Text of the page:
Three-phase motors will run on single phase as readily as single phase motors. The only problem for either motor is starting. Sometimes 3-phase motors are purchased for use on single phase if three-phase power is anticipated. The power rating needs to be 50% larger than for a comparable single phase motor to make up for one unused winding. Single phase is applied to a pair of windings simultanous with a start capacitor in series with the third winding. The start switch is opened in Figure upon motor start. Sometimes a smaller capacitor than the start capacitor is retained while running.
Starting a three-phase motor on single phase.
The circuit for running a three-phase motor on single phase is known as “add a phase” or various other brand names. “Add a phase” supplies a phase approximately midway ∠90o between the ∠180o single phase power source terminals.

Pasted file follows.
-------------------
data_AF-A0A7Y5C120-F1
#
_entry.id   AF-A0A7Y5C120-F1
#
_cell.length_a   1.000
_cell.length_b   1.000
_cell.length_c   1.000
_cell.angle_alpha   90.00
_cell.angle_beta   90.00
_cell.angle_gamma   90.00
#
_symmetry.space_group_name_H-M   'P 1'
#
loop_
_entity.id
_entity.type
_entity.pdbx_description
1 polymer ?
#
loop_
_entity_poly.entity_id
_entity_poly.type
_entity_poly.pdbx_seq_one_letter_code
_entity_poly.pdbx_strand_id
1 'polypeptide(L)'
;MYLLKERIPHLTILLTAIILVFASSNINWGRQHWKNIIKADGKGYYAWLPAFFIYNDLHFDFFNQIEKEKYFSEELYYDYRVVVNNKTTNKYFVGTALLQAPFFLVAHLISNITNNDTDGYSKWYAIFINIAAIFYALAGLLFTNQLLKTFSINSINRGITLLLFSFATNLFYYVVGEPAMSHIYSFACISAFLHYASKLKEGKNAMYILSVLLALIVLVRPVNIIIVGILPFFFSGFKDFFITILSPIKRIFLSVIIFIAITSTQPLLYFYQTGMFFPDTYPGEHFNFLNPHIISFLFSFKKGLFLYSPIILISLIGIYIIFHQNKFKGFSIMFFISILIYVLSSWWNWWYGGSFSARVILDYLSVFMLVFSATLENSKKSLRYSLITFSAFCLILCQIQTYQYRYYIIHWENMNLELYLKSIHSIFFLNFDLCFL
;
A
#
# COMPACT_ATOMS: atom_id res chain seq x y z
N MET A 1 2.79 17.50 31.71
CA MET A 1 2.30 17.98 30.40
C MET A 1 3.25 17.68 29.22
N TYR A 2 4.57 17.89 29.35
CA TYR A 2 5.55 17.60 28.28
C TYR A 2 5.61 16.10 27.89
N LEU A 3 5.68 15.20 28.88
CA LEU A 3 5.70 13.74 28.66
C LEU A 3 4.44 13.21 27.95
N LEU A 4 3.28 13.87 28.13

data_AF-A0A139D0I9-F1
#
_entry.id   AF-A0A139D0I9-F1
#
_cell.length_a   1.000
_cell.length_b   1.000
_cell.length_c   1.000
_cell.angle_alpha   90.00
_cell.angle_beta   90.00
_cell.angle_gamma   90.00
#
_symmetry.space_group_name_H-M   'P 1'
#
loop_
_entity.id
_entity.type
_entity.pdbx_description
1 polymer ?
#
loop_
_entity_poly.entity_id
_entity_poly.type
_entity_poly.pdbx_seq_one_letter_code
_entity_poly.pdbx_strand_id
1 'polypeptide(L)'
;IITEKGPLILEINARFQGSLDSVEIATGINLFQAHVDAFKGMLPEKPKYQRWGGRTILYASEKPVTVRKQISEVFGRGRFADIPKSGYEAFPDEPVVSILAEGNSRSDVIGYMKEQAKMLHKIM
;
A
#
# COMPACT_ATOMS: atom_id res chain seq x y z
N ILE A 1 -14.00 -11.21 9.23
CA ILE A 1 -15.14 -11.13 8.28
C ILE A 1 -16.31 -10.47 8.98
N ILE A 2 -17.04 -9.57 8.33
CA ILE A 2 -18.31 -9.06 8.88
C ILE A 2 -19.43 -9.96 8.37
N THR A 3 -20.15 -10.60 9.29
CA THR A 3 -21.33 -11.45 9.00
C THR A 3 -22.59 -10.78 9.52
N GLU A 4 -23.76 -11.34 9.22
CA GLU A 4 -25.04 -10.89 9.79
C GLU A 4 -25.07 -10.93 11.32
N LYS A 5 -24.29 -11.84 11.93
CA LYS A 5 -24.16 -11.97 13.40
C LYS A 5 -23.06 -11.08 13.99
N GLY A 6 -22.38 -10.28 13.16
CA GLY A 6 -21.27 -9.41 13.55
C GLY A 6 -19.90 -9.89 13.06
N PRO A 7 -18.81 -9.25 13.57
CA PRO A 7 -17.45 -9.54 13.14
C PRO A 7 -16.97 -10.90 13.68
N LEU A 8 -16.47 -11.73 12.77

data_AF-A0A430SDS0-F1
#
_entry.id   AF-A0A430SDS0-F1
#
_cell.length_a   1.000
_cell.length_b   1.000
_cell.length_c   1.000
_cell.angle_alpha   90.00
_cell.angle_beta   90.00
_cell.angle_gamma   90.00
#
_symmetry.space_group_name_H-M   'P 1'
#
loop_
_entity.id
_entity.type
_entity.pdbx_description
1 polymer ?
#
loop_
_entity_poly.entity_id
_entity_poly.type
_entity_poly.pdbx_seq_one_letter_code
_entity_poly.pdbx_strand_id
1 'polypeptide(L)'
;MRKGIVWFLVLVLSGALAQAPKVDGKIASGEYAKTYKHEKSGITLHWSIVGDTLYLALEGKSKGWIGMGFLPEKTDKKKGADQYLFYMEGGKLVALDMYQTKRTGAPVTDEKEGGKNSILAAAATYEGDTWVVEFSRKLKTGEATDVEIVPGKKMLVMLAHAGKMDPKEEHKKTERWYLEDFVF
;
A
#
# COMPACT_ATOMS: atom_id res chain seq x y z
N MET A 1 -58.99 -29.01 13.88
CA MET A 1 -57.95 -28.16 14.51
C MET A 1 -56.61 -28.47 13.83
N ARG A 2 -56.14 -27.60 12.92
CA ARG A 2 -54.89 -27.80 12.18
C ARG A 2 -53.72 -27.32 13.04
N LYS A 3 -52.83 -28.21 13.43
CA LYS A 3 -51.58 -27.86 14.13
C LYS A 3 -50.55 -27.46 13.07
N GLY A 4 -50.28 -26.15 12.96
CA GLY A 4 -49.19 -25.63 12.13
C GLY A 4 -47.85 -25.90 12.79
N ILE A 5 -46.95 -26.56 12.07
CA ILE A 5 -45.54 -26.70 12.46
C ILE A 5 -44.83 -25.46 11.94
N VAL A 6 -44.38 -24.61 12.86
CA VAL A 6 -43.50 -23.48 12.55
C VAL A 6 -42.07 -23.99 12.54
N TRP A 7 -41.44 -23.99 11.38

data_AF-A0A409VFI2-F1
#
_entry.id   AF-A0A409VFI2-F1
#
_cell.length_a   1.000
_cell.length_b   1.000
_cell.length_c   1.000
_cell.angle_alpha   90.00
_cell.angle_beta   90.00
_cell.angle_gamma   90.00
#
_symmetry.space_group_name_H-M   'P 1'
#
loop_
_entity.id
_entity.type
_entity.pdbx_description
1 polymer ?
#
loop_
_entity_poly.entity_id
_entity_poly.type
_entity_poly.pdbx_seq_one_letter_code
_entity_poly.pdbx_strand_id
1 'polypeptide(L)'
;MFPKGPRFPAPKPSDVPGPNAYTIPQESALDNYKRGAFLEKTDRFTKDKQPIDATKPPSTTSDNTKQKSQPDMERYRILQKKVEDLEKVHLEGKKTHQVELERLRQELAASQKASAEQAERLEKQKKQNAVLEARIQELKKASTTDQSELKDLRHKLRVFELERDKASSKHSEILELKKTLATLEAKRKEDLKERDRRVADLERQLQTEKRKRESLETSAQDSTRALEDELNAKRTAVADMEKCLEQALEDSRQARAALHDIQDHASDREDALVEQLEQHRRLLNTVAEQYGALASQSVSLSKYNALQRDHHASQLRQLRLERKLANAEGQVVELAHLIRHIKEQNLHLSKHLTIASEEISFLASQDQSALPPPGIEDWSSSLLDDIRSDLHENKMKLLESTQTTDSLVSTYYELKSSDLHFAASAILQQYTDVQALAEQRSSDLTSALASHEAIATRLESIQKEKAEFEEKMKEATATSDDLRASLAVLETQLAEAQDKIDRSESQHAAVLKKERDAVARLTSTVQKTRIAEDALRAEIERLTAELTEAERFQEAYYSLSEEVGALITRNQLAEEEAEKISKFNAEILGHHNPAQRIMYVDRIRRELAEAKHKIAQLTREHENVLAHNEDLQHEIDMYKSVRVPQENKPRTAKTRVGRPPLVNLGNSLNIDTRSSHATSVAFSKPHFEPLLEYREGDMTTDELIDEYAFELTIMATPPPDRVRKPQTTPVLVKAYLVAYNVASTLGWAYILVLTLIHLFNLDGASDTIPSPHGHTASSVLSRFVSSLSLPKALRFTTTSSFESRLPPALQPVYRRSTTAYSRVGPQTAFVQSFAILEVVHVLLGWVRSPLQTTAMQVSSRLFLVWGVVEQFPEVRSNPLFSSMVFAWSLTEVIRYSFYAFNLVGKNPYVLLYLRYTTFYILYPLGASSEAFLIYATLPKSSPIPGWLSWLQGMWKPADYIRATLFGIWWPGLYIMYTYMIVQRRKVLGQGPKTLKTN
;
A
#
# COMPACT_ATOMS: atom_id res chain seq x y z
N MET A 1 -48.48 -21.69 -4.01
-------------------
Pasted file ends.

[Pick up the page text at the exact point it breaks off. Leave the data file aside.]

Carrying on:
Induction motors may contain multiple field windings, for example a 4-pole and an 8-pole winding corresponding to 1800 and 900 rpm synchronous speeds. Energizing one field or the other is less complex than rewiring the stator coils in Figure
Multiple fields allow speed change.
If the field is segmented with leads brought out, it may be rewired (or switched) from 4-pole to 2-pole as shown above for a 2-phase motor. The 22.5o segments are switchable to 45o segments. Only the wiring for one phase is shown above for clarity. Thus, our induction motor may run at multiple speeds. When switching the above 60 Hz motor from 4 poles to 2 poles the synchronous speed increases from 1800 rpm to 3600 rpm. If the motor is driven by 50 Hz, what would be the corresponding 4-pole and 2-pole synchronous speeds?